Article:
Despite his stint on Wall Street, Lew doesn’t have the type of financial experience that Geithner brought to the job at the height of the financial crisis in 2009. Indeed, there’s not as much of a premium on those skills now as the nation’s attention has turned from bank bailouts to fiscal confrontations and brinkmanship.
Still, Lew will have to address other significant challenges, including completing implementation of the financial regulatory overhaul of 2010.
Lew will probably play a key role in deciding the fate of government-controlled Fannie Mae and Freddie Mac, the federal housing agencies partly blamed for the collapse of the housing market.
Internationally, he will also be the administration’s point man on issues related to China’s integration into the global economy and Europe’s sovereign debt and financial struggles. The issues aren’t foreign to Lew. While a deputy secretary of state early in the Obama administration, Lew managed the State Department’s international economic policy portfolio.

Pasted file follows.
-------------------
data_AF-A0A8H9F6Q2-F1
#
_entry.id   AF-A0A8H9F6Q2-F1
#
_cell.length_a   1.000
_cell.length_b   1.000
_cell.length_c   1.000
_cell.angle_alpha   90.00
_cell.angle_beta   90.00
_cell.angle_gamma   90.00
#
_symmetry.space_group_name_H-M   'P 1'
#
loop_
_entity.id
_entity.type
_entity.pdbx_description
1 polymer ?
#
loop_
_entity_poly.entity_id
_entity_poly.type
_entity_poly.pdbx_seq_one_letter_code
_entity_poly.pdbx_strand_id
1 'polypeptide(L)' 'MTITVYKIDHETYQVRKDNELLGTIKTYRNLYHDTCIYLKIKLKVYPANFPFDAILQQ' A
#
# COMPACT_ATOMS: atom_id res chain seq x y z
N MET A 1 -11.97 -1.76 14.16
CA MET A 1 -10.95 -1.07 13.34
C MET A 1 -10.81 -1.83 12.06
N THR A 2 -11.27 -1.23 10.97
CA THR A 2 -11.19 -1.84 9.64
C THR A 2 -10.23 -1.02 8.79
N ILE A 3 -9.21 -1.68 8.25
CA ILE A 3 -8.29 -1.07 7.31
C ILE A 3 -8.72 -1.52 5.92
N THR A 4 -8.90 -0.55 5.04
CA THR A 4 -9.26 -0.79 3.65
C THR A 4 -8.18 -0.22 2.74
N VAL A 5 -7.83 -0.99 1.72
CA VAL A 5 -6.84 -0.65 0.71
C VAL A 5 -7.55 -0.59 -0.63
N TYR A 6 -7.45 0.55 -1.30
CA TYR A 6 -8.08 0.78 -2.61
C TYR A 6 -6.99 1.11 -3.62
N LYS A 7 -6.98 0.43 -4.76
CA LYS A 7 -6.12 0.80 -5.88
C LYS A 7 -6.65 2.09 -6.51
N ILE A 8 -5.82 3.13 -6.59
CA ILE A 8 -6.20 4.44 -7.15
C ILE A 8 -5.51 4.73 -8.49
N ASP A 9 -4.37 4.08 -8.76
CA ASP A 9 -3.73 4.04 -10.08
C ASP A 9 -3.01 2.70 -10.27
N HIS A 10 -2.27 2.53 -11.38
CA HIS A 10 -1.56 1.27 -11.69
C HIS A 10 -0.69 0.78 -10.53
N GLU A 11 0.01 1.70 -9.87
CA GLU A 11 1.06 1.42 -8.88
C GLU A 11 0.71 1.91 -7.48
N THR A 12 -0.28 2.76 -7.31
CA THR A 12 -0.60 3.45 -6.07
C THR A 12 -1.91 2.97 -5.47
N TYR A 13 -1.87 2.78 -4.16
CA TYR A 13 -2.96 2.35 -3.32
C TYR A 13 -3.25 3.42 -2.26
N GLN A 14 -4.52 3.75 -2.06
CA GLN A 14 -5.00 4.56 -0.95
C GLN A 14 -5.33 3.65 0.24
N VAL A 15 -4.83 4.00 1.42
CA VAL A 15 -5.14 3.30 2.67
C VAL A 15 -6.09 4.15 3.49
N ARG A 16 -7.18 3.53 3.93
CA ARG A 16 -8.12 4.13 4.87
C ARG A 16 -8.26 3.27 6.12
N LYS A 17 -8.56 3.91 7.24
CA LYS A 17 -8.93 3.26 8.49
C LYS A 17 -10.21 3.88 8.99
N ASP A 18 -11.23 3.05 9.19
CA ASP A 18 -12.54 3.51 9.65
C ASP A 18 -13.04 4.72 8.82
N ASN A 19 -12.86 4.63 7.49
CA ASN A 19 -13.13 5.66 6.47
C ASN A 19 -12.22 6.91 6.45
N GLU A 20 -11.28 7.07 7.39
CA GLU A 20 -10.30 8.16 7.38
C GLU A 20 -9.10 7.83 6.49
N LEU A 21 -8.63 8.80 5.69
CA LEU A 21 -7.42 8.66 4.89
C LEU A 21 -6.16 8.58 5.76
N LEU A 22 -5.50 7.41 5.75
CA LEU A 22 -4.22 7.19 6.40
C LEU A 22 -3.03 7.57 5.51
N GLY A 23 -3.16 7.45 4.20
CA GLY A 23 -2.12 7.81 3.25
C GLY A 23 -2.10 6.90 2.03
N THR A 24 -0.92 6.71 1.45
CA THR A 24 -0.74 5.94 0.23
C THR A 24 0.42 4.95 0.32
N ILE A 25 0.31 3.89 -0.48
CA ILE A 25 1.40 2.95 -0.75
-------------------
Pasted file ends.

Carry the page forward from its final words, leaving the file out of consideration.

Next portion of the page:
For all that, Lew faces a better landscape than Geithner did when he stepped into the post at the start of Obama’s first term.
‘‘The basic financial position and economic position of the country is much stronger today that it was four years ago,’’ said Michael Barr, who was assistant treasury secretary for financial institutions in 2009 and 2010. ‘‘That’s a significant advantage for a treasury secretary coming in.’’
Associated Press writers Julie Pace and Martin Crutsinger contributed to this report.